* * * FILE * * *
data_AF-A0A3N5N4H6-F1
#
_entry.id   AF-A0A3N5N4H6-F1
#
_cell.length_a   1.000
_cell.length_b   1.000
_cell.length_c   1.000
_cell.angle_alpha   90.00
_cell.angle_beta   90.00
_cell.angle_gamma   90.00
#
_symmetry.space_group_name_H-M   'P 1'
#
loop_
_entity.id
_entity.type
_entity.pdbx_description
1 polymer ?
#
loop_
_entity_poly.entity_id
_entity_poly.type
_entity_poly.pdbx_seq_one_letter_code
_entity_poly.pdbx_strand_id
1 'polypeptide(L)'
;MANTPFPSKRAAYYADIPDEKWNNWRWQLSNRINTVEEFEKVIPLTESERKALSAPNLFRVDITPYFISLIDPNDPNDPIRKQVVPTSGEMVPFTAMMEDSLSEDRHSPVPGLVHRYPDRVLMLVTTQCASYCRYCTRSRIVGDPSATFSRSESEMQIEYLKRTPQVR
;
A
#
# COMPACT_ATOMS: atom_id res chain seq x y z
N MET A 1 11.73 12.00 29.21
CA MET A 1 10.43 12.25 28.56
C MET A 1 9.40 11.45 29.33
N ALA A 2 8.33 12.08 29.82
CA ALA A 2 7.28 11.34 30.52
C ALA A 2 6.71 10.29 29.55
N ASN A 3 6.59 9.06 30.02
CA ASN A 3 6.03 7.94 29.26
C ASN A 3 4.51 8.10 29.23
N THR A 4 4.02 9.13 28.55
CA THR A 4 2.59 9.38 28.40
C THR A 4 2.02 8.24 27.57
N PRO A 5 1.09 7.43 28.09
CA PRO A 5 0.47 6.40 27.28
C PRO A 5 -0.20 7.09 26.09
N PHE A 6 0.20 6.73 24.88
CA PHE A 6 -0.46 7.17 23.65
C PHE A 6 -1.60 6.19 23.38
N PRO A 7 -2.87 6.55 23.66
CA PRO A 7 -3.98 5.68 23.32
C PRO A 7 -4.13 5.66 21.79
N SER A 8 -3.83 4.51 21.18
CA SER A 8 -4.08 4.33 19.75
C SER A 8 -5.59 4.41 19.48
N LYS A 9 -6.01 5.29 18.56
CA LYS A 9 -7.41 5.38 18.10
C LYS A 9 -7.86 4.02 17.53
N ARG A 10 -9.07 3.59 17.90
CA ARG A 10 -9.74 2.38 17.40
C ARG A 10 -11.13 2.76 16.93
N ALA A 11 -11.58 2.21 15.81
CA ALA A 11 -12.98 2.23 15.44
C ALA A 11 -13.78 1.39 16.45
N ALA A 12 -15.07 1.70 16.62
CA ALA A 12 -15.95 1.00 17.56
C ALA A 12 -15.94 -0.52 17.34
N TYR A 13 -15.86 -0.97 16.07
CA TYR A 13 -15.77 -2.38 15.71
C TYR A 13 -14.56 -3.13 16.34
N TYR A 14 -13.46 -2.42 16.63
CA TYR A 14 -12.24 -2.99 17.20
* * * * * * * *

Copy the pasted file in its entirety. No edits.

data_AF-A0A3N5N4H6-F1
#
_entry.id   AF-A0A3N5N4H6-F1
#
_cell.length_a   1.000
_cell.length_b   1.000
_cell.length_c   1.000
_cell.angle_alpha   90.00
_cell.angle_beta   90.00
_cell.angle_gamma   90.00
#
_symmetry.space_group_name_H-M   'P 1'
#
loop_
_entity.id
_entity.type
_entity.pdbx_description
1 polymer ?
#
loop_
_entity_poly.entity_id
_entity_poly.type
_entity_poly.pdbx_seq_one_letter_code
_entity_poly.pdbx_strand_id
1 'polypeptide(L)'
;MANTPFPSKRAAYYADIPDEKWNNWRWQLSNRINTVEEFEKVIPLTESERKALSAPNLFRVDITPYFISLIDPNDPNDPIRKQVVPTSGEMVPFTAMMEDSLSEDRHSPVPGLVHRYPDRVLMLVTTQCASYCRYCTRSRIVGDPSATFSRSESEMQIEYLKRTPQVR
;
A
#
# COMPACT_ATOMS: atom_id res chain seq x y z
N MET A 1 11.73 12.00 29.21
CA MET A 1 10.43 12.25 28.56
C MET A 1 9.40 11.45 29.33
N ALA A 2 8.33 12.08 29.82
CA ALA A 2 7.28 11.34 30.52
C ALA A 2 6.71 10.29 29.55
N ASN A 3 6.59 9.06 30.02
CA ASN A 3 6.03 7.94 29.26
C ASN A 3 4.51 8.10 29.23
N THR A 4 4.02 9.13 28.55
CA THR A 4 2.59 9.38 28.40
C THR A 4 2.02 8.24 27.57
N PRO A 5 1.09 7.43 28.09
CA PRO A 5 0.47 6.40 27.28
C PRO A 5 -0.20 7.09 26.09
N PHE A 6 0.20 6.73 24.88
CA PHE A 6 -0.46 7.17 23.65
C PHE A 6 -1.60 6.19 23.38
N PRO A 7 -2.87 6.55 23.66
CA PRO A 7 -3.98 5.68 23.32
C PRO A 7 -4.13 5.66 21.79
N SER A 8 -3.83 4.51 21.18
CA SER A 8 -4.08 4.33 19.75
C SER A 8 -5.59 4.41 19.48
N LYS A 9 -6.01 5.29 18.56
CA LYS A 9 -7.41 5.38 18.10
C LYS A 9 -7.86 4.02 17.53
N ARG A 10 -9.07 3.59 17.90
CA ARG A 10 -9.74 2.38 17.40
C ARG A 10 -11.13 2.76 16.93
N ALA A 11 -11.58 2.21 15.81
CA ALA A 11 -12.98 2.23 15.44
C ALA A 11 -13.78 1.39 16.45
N ALA A 12 -15.07 1.70 16.62
CA ALA A 12 -15.95 1.00 17.56
C ALA A 12 -15.94 -0.52 17.34
N TYR A 13 -15.86 -0.97 16.07
CA TYR A 13 -15.77 -2.38 15.71
C TYR A 13 -14.56 -3.13 16.34
N TYR A 14 -13.46 -2.42 16.63
CA TYR A 14 -12.24 -2.99 17.20